Marc Hoover:
Has rudeness replaced the art of conversation?

Earlier in the week, I visited a local doctor for a nasty cough and runny nose. Fortunately, I had nothing serious. The attending doctor said I had a virus that would go away on its own. He gave me a prescription for a strong cough medicine which helped. Before the doctor arrived, a medical assistant checked my pulse to make sure I was alive and asked the standard questions about my health. During the pre-exam I saw an interesting sign on the wall.

Marc Hoover

It said the attending doctor will not see patients who are on their phones. This brought up an interesting conversation with the medical assistant. “Isn’t that common sense?” I asked. When the doctor enters the room, you should give him your full attention. Besides, you’re the one paying him. My belief is that if I am paying someone for a service, I want to give this person my undivided attention.

The medical assistant smirked and said, “You would be surprised.” She said they put the sign up because patients would tell the doctor they needed to finish their phone call. I told the assistant I wasn’t surprised. I mentioned how I used to wait tables years ago. I can remember days when customers would put their fingers in my face and shoo me away when I tried to get their order. They acted as if I were being rude for interrupting their phone conversation. I also mentioned how often I saw families spend an entire meal looking at their phones. Some families didn’t even speak to one another. On one occasion, a man opened his laptop and placed it on the table during a meal with family members.

If I ever dine with someone who places his laptop on the table, I am leaving. I won’t eat dinner with someone that engrossed in a computer. It’s bad enough for people to be on their phones during dinner, but to pull out a laptop? Or watch a movie? Yes, I have seen this. The person watching the movie ignored his entire family. Everyone else engaged in a conversation while this knucklehead watched a television program. I can even remember another incident involving a man and woman. I don’t know if they were a couple or friends. The man sat across from the woman and stared at pictures on his phone. I walked past and gazed at his phone to see what was so fascinating. He was staring at pictures of different women. And none of them were of the woman sitting across from him. I am also guessing they weren’t family pictures either.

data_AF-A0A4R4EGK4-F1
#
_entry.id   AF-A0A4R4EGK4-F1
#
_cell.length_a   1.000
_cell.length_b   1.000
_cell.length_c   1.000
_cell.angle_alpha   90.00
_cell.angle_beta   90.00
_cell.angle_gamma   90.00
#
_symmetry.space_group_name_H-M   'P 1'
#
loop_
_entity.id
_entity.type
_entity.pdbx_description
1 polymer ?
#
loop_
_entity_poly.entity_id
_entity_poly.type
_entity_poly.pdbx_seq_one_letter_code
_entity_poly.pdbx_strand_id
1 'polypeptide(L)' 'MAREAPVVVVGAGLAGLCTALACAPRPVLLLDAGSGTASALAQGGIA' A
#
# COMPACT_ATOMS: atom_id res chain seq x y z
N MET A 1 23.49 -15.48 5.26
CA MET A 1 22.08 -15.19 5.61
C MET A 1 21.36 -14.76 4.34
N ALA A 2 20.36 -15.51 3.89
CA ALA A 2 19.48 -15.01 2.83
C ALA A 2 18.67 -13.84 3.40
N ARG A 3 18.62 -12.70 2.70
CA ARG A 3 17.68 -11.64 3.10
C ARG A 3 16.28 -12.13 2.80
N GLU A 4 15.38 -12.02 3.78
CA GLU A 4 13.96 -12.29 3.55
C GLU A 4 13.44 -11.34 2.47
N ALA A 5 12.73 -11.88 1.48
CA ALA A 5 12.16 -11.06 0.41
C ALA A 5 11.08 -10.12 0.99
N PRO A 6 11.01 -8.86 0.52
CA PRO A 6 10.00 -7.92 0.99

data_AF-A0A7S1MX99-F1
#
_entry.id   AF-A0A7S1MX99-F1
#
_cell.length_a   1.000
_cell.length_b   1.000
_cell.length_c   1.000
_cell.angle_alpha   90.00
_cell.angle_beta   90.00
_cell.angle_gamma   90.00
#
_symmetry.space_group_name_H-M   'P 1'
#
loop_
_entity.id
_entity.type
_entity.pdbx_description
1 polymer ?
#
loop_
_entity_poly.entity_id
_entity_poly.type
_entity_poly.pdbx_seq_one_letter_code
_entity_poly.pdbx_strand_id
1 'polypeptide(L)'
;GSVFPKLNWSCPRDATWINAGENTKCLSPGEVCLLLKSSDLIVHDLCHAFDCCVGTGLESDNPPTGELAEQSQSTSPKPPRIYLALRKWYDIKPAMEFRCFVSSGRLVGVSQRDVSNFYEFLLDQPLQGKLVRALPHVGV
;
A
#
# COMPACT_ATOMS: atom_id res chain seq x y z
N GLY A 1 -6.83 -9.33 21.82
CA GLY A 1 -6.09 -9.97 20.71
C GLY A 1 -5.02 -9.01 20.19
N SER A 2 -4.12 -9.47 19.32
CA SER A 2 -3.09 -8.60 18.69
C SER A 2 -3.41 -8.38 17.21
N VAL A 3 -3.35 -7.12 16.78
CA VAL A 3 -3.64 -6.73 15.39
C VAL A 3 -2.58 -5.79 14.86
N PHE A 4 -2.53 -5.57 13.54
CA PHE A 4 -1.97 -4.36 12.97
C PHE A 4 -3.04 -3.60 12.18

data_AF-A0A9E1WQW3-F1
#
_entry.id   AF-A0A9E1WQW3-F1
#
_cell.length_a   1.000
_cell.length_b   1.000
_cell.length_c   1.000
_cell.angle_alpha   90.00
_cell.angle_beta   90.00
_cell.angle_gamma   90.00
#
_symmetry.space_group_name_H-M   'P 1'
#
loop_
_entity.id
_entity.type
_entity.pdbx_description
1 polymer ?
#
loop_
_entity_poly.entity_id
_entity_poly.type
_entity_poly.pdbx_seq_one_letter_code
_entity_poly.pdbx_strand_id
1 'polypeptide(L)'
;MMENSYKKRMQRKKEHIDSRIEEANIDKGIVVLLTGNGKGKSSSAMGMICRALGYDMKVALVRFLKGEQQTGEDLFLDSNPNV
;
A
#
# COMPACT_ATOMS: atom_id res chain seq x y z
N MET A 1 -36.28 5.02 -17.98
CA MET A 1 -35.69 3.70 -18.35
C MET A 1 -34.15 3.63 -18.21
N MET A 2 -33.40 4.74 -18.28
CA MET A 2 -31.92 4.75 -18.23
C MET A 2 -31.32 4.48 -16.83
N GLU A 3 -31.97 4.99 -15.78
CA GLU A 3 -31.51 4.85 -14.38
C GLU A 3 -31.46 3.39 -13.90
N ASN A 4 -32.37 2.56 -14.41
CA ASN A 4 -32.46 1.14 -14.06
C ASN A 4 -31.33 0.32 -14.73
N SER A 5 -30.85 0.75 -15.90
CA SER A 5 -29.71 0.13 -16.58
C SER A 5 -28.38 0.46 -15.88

I have told my sons about life before cell phones and social media. I actually grew up in a time when people spoke to each other. Today, I find notice how uncomfortable people get while trying to engage in a conversation. To them, a conversation is more like taking out the trash or mowing the grass. Although I text people, I will put my cell phone away and turn off the volume if I am with family or friends. I still believe in giving people my undivided attention.

I realize that many younger people have practically had a cell phone glued to their hand since birth. They may not even realize it’s rude to talk on a cell phone while dining with friends or family. Maybe no one ever told them. If you didn’t know, let me tell you that it’s rude. If someone wants to give you their time, then you should reciprocate. Finally, I have heard horror stories about people who answer their cell phones during a job interview. If you have ever done this and wondered why you didn’t get the job, now you know why. The art of conversation hasn’t died. It has just been neglected.

Marc is a grandparent and longtime resident of Clermont County. Visit his author page Life with Grandpa and his blog Wise Grandpa.